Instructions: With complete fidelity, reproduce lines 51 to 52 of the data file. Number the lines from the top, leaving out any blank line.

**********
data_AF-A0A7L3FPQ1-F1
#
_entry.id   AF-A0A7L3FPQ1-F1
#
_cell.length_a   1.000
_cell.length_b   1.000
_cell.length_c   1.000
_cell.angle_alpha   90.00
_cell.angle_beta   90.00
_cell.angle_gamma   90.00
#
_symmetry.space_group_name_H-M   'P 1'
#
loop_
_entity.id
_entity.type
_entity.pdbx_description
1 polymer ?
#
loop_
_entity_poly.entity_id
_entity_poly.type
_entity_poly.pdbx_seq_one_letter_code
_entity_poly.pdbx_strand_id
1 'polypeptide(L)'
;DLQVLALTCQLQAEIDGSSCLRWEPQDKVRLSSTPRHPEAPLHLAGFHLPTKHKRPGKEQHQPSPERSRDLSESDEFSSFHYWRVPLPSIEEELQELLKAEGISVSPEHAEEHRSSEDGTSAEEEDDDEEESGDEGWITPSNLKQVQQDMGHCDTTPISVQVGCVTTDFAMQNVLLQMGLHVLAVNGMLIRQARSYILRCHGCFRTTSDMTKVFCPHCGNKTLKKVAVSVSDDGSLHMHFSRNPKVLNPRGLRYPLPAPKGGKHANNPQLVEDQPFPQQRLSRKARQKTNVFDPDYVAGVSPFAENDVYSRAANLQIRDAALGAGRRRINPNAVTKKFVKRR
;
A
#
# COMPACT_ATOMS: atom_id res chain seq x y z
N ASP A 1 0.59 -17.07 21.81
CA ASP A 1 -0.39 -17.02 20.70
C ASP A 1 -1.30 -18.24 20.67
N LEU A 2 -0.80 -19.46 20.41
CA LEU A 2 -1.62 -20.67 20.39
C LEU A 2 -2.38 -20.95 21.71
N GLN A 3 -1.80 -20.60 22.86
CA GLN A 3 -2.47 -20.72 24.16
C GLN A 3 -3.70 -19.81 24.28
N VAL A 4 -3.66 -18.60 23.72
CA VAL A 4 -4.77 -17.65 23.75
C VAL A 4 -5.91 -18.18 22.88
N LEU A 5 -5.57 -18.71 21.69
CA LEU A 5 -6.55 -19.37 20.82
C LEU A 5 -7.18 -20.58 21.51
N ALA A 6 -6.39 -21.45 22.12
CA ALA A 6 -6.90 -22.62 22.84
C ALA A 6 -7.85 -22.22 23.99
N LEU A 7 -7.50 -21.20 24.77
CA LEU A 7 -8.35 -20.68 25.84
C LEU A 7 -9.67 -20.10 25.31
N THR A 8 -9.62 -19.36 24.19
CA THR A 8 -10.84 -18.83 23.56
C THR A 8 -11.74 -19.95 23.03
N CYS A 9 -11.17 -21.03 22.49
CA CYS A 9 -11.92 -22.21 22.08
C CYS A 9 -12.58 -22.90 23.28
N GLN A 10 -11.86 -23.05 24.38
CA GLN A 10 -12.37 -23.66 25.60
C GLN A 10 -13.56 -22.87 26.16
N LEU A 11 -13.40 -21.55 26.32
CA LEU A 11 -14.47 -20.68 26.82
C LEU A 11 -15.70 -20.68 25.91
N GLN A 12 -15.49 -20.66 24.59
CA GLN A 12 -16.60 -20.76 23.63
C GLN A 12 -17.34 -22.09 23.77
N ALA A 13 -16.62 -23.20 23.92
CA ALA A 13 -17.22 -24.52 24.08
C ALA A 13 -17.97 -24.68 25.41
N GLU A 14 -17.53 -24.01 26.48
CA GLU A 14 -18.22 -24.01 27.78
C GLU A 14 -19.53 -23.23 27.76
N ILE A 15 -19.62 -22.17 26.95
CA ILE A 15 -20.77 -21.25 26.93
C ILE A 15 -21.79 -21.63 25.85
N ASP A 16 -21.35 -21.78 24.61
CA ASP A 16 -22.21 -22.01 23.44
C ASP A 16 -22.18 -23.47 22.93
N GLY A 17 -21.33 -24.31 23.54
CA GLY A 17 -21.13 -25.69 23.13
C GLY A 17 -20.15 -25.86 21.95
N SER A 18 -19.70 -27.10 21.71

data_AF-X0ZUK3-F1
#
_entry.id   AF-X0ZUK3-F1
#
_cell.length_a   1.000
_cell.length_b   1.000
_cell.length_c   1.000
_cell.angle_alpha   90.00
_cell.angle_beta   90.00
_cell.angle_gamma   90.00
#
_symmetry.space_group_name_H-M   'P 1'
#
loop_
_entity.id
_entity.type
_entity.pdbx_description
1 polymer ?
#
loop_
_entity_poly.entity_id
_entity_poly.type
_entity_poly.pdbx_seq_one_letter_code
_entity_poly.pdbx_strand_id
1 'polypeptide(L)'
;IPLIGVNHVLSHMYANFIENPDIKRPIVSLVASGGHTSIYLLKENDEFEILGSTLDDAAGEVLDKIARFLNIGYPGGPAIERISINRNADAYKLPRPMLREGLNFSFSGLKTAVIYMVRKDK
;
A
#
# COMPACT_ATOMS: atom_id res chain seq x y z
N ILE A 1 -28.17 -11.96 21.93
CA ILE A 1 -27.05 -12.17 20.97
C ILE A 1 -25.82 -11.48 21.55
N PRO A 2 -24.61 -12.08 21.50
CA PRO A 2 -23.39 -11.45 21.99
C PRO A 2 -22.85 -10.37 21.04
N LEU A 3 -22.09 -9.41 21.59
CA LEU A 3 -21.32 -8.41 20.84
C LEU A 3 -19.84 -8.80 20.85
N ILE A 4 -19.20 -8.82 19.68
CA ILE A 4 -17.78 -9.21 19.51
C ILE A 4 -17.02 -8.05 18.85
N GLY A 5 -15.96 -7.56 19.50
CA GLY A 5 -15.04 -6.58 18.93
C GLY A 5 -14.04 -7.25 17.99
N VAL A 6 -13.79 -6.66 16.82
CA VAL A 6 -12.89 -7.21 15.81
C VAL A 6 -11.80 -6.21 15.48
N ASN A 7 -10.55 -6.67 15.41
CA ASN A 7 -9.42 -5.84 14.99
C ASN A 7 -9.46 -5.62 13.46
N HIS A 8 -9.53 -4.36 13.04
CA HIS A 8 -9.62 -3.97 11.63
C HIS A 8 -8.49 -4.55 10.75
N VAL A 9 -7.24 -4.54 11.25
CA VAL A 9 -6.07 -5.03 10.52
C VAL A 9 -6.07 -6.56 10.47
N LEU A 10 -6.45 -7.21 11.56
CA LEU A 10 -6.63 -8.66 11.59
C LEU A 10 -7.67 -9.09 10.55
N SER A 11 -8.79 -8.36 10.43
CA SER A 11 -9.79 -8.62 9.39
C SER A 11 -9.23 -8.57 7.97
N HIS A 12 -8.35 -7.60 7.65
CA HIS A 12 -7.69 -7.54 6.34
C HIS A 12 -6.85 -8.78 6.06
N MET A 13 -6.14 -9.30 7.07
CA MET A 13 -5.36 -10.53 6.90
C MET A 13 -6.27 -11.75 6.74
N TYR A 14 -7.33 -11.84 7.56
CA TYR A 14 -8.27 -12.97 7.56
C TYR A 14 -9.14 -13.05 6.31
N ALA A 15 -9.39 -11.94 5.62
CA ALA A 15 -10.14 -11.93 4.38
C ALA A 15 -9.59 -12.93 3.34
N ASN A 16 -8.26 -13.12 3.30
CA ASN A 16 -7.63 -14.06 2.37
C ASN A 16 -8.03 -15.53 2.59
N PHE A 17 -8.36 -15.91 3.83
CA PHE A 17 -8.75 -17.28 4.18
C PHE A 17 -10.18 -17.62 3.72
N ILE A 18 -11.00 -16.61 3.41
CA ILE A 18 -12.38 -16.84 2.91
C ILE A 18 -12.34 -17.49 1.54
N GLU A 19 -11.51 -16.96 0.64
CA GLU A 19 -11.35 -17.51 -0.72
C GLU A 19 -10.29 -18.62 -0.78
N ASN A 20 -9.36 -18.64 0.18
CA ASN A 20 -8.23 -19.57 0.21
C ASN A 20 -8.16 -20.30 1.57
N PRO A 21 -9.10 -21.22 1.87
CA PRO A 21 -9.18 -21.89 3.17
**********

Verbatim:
C LEU A 7 -9.67 -20.10 25.31
N THR A 8 -9.62 -19.36 24.19